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Photo: MFA.Photo: MFA

The Dream of Peace

In the United Nations Office at Geneva Library – the largest of the UN libraries – hangs the painting «The Dream of Peace» by the Norwegian painter Henrik Sørensen. It was given by the Norwegian government to the UN in 1939, at the outbreak of the Second World War. Today, «The Dream of Peace» still remains highly relevant, reminding us of the determination in the UN Charter «to save succeeding generations from the scourge of war, which twice in our lifetime has brought untold sorrow to mankind».

The library in Palais des Nations in Geneva dates back to the establishment of the League of Nations in 1920. It became the UN Library at Geneva in 1946, when the League of Nations’ assets were transferred to the United Nations. The building that houses the library has remained almost unchanged since the 1930s, and comprises six floors. The library contains 1,500,000 volumes, 4,000,000 UN documents, 70,000 electronic journals, 70 databases and 46,000 meters of books and periodicals. It has three primary functions: knowledge provider, memory keeper and dialogue facilitator.  

The UNOG library has several Norwegian connections. In its archives you can find an important collection of Fridtjof Nansen’s documents from his time as the first High Commissioner for Refugees. From 2001 to 2003, the National Archives of Norway (Riksarkivet) digitalized half of the UNOG library’s Nansen collection, with support from Fritt Ord.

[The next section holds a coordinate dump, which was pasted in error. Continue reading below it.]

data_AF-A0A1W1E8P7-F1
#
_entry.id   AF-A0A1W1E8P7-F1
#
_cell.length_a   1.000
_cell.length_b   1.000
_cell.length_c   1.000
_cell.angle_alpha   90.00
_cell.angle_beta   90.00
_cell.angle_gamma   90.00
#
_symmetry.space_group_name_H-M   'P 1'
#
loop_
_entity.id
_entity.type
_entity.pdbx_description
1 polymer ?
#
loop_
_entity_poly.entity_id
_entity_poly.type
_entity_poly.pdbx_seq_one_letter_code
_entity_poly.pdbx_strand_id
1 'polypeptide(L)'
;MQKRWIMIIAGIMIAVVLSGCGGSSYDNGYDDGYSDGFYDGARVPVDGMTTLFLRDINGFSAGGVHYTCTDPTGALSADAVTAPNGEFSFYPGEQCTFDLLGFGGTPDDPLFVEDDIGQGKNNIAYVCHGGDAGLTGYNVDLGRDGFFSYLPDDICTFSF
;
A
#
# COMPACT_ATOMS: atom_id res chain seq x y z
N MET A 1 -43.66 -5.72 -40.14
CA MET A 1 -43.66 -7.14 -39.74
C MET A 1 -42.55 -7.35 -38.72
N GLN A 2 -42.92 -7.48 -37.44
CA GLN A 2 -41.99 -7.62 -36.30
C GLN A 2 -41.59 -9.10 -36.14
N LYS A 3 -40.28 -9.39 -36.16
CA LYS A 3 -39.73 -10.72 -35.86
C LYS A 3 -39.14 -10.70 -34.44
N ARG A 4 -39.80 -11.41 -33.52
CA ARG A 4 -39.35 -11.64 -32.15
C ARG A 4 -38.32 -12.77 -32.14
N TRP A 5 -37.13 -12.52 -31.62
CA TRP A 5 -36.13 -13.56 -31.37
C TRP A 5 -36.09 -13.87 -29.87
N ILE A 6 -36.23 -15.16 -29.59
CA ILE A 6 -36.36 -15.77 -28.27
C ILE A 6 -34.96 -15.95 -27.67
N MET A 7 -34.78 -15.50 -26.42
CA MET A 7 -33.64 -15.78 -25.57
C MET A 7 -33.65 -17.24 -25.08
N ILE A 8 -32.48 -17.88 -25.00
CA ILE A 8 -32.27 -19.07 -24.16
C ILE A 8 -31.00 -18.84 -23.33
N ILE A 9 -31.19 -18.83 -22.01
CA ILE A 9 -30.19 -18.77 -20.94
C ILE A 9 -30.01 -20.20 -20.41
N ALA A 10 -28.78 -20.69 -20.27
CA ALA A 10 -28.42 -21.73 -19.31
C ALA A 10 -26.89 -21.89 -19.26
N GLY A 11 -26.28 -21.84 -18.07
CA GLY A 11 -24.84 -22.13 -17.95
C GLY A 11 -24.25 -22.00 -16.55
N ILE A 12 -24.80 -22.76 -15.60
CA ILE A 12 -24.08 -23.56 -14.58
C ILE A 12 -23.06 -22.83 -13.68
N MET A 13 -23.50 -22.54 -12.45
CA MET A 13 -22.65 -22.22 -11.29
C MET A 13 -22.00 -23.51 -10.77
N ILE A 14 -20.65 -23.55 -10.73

The painting «The Dream of Peace» hangs in the library’s main hall, and Henrik Sørensen partially painted it in this room. The painting was given to the UN by the Norwegian government in 1939, a time when the painting’s title could seem both naïvely utopian and at the same time highly relevant. The painter’s strong engagement for pacifism and disarmament also gave him quite some media attention in Norway. It can also be mentioned that the painting for several years was covered by a curtain. The hall’s acoustics was said to be the reason for this. However, «raison de moral» might have been just an as important reason, due to the painting’s depiction of nudity. Luckily, «The Dream of Peace» can still be seen in the UNOG Library today, reminding us of the aspiration to world peace, still highly relevant.


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